Since 2009, it has been a campaign tradition: Election cycles filled with ads about the Affordable Care Act — and overwhelmingly ads attacking the law and those who support it. The 2014 midterm election could be even more intense, with an onslaught of advertising that rivals several years’ worth of anti-ACA spending.
Kantar Media Intelligence’s Campaign Media Analysis Group, which tracks political ad spending, found that $500 million had been spent on advertising about the health care law from 2009 through mid-2013. It expected another $500 million to be spent by late March 2015, the five-year anniversary of the law. That’s the same amount of spending in roughly half the time. Going forward, we could see more pro-ACA ads than we have in the past — President Obama proudly boasted on April 1 of the sign-ups on state and federal marketplaces, after all. But Kantar’s earlier tracking saw critics outspending proponents by a margin of 5 to 1.
Those numbers haven’t been updated since last summer, but Elizabeth Wilner, a senior vice president at Kantar, told us in an email: “The political ad spending continues to be overwhelmingly — really almost exclusively — tilted toward negative ads than positive ones.”
Indeed, when we sorted through ads picked up by Kantar since January, we found only a few supporting the law among a slew of attack ads criticizing it, most of which came from one group — Americans for Prosperity, the conservative advocacy group founded by billionaire businessman David Koch. The Cook Political Report called Americans for Prosperity “the most prolific advertiser of the 2014 cycle.” AFP TV spots in House and Senate races from January 2013 through late March 2014 were more than double the number of spots from Senate Majority PAC and House Majority PAC, the leading Democratic outside-spending groups, as this graphic from Kantar shows.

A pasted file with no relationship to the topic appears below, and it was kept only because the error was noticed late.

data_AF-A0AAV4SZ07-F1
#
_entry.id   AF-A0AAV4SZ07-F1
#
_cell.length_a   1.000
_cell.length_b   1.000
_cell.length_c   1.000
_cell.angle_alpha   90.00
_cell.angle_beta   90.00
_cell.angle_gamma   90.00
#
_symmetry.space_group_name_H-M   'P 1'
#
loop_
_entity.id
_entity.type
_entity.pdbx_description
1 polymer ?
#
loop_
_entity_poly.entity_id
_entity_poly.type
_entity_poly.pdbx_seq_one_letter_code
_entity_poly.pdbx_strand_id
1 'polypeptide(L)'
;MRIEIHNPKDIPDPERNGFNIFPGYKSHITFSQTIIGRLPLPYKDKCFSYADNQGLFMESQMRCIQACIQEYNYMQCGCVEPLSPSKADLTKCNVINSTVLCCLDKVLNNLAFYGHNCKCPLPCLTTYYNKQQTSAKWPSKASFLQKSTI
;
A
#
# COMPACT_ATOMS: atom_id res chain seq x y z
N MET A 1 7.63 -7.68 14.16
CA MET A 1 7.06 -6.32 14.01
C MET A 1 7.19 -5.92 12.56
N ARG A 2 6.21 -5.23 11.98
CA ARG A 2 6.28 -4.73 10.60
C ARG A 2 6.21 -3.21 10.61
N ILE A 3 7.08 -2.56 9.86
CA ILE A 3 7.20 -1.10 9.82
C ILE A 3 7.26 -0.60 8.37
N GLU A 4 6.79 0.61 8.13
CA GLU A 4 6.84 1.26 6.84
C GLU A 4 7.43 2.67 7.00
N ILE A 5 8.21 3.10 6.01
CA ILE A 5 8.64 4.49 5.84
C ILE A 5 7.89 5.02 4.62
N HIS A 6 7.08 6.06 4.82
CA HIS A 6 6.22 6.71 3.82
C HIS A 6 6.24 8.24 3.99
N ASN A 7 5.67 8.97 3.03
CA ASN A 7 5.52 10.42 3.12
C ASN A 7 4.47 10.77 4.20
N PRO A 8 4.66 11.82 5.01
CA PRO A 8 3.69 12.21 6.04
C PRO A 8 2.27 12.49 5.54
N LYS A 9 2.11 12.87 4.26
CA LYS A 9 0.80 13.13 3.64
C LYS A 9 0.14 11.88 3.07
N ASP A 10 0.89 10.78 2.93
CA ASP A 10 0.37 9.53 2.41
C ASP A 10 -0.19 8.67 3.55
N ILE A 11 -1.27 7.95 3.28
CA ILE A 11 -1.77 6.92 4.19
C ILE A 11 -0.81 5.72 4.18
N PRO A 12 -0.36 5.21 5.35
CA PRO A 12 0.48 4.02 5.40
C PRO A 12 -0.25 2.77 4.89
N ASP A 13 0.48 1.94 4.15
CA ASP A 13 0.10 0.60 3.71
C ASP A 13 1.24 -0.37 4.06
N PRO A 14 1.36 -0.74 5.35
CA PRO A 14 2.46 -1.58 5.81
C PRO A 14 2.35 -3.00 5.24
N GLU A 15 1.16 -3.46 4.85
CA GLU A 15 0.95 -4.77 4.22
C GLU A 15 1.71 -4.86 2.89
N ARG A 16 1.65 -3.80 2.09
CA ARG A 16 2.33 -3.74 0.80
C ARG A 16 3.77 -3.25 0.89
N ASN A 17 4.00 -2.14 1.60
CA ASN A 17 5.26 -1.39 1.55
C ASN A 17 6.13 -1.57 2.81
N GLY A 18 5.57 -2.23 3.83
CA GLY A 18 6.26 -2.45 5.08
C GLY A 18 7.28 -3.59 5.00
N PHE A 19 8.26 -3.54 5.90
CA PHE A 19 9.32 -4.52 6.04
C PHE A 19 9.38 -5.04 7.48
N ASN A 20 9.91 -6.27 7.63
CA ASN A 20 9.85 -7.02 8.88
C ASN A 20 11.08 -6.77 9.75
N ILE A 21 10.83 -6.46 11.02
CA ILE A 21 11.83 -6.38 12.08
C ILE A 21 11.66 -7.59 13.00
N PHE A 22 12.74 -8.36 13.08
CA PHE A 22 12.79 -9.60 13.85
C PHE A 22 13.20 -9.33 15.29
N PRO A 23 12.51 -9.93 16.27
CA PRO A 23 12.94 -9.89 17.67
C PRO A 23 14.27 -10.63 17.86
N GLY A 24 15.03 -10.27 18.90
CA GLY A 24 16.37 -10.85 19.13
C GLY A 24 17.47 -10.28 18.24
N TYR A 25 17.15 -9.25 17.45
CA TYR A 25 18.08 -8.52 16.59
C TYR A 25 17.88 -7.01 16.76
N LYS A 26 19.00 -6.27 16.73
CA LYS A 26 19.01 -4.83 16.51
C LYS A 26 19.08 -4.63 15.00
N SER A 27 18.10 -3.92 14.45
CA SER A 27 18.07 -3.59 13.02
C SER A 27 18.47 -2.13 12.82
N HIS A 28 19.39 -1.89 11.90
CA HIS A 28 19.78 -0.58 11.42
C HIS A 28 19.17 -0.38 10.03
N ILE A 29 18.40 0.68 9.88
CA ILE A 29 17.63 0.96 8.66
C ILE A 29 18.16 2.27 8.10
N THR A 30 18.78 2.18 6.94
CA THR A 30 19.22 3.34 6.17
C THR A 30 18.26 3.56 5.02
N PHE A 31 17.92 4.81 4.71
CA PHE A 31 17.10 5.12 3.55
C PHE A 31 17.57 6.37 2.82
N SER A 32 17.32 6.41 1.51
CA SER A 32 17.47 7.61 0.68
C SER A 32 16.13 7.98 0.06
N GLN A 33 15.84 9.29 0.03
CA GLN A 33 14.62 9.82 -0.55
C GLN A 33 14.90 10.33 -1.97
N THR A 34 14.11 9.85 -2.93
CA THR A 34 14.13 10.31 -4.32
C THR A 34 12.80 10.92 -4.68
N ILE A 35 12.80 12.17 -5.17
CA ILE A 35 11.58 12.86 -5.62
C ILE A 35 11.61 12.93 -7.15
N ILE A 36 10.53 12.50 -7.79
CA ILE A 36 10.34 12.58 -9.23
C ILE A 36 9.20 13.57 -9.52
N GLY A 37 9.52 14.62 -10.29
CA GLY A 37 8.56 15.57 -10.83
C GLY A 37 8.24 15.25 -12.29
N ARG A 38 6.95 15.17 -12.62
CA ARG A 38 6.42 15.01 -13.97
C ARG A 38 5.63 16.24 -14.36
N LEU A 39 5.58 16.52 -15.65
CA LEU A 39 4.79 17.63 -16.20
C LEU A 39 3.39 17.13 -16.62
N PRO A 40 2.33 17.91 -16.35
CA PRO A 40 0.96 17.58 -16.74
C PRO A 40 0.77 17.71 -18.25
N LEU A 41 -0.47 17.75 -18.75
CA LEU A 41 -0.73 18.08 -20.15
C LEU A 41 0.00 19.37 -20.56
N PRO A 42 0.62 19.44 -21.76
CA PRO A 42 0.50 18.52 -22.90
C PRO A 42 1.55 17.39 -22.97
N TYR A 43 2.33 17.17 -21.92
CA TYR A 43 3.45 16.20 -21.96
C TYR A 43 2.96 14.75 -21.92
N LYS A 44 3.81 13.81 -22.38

The few pro-ACA ads we found did come from Senate Majority PAC. But its advertising has been drowned out by the deluge from AFP. As of March 22, AFP had aired more than 14,000 spots in nine Senate races and more than 4,000 in nine House races, according to Kantar. Not all of those are anti-Obamacare ads, but much of the group’s advertising has focused on the law.
Whether the ads come from groups like AFP or congressional candidates, many of the TV spots about the health care law make general, and misleading, claims about “millions” losing insurance, premiums “skyrocketing,” or families “hurting.” And we’re still seeing claims about a government takeover of health care, despite the fact that the law brings new business to private insurance companies and won’t lead to universal coverage.
We’ve written about these types of claims before. Many times. But with the ad avalanche continuing — and perhaps intensifying as the November midterm election approaches — we’ve summarized our previous findings and updated them with the most recent research on these common lines of attack.
For more on the onslaught of Obamacare ads, see these stories in “Party Lines” — a FactCheck.org feature on misleading talking points:
— Lori Robertson